The challenge is finding a way to enrich the ongoing D&D campaign for those present – without cheating attending players out of the role-playing fun the missing players would have brought, or exposing the PCs normally controlled by missing players to harm. After all, no one wants to hear that their favorite character was killed in action while they were away at a family function. This challenge – as it is with all challenges – conceals an opportunity, and this post will discuss how a well-prepared Dungeon Master (DM) can capitalize on that opportunity to provide a game experience relevant to the current campaign, even if the evening’s session doesn’t move the central campaign story forward. Continue reading
A particularly astute observation made in the fourth edition D&D Dungeon Master’s Guide is the mandate to “get to the fun” as quickly as possible. It is not surprising to find the mandate in that volume, as most of the time-wasting in a typical Dungeons & Dragons session is linked to insufficient preparation on the part of the dungeon master.
It is a pity, though, that the mandate to get to the fun doesn’t also appear in the Player’s Handbook, since there are numerous things players can do to streamline play and help everyone else to enjoy the game. Continue reading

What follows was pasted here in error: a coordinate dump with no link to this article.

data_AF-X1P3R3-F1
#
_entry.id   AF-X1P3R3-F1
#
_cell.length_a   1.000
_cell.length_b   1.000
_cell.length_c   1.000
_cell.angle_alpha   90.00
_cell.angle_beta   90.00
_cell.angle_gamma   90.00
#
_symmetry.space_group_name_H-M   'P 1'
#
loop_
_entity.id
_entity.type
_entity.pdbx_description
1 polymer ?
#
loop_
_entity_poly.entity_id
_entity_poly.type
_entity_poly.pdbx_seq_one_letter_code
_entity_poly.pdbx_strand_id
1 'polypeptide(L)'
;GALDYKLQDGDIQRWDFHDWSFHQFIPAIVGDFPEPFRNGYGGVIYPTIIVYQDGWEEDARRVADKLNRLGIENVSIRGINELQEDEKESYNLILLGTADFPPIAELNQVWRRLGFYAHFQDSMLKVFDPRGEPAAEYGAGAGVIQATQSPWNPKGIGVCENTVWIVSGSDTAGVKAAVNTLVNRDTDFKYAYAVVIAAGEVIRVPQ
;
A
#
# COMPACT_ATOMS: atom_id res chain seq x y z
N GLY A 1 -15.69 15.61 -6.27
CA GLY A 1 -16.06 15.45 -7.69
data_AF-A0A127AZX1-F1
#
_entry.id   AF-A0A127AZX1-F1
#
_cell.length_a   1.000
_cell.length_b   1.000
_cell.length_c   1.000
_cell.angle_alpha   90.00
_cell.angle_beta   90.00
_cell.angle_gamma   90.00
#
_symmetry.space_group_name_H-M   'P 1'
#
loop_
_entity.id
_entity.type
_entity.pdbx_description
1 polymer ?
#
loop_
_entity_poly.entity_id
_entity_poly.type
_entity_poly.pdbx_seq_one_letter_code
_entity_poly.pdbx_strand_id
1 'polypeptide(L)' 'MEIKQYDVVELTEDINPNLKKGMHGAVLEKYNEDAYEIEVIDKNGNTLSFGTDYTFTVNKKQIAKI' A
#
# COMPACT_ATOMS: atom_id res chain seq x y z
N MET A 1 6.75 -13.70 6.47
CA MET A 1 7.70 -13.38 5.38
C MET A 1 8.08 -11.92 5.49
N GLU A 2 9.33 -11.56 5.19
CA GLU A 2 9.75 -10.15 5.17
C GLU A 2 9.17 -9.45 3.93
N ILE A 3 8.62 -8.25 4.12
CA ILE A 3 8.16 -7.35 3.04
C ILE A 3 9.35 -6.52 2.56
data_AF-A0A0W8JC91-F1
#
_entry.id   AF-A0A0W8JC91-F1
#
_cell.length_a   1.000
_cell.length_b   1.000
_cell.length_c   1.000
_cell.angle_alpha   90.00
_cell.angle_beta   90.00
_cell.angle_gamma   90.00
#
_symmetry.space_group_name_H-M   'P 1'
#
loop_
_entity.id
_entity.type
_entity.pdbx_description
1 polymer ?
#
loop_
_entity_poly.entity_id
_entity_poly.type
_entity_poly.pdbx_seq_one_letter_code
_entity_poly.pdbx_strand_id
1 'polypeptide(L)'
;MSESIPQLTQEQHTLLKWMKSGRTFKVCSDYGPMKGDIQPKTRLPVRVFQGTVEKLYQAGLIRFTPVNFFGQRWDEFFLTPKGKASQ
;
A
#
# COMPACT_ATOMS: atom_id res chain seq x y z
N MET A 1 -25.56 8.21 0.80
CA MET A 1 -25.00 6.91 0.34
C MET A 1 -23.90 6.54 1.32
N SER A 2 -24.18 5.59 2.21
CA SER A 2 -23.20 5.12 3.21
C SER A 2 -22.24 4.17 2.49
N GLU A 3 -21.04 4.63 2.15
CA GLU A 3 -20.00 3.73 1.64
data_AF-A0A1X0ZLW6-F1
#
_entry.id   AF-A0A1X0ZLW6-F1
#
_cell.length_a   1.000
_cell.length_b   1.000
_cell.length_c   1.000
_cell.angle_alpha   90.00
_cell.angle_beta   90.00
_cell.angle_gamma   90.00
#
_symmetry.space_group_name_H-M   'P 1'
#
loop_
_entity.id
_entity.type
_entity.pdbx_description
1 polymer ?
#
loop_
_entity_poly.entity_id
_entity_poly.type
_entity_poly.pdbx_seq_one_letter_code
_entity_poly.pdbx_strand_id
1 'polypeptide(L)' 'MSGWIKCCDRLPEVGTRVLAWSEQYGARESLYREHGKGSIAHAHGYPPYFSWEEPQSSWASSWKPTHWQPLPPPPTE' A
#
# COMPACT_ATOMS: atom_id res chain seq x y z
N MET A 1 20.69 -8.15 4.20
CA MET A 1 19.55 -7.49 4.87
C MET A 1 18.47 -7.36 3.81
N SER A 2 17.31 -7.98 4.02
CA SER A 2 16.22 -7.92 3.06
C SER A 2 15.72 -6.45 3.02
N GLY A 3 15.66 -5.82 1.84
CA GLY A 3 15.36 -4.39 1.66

One marked difference between the fourth edition of the Dungeons & Dragons game (4e) and its predecessors is the assignment of roles, or tactical capabilities, to each player character class. While these roles can provide assistance to a neophyte player about how his character might behave in D&D combat, the roles also create a higher level of interdependence between classes. Combining that interdependence with 4e’s more exacting, miniatures-based combat system makes creating a balanced party a different process than in previous editions, a fact that my players and I learned the hard way.
The 4e rules are clear that a “balanced” party – i.e., one that is equipped to handle most situations – should be comprised of one hero from each of the conroller, defender, leader and striker roles, adding that parties exceeding four members in size should add extra defenders. Continue reading
The first time I saw the film The War Lord starring Charlton Heston, I remember feeling bothered by the writers’ apparent disinterest in historical accuracy. The film was set during the time period most would ascribe to the Dark Ages, but the film featured costumes, armor and fortifications that weren’t to evolve until hundreds of years after the story was reportedly happening.
Upon further thought, though, it occurred to me that I was something of an unusual viewer; most people viewing such a film wouldn’t have my interests in Medieval and military history, tabletop wargaming or Medieval fantasy role-playing, all of which are niche hobbies at best. I came to the conclusion that the writers were doing what the best storytellers do: take the images and preconceptions in a listener’s head and build upon the details that were already there, making the story more real to them in the process. Continue reading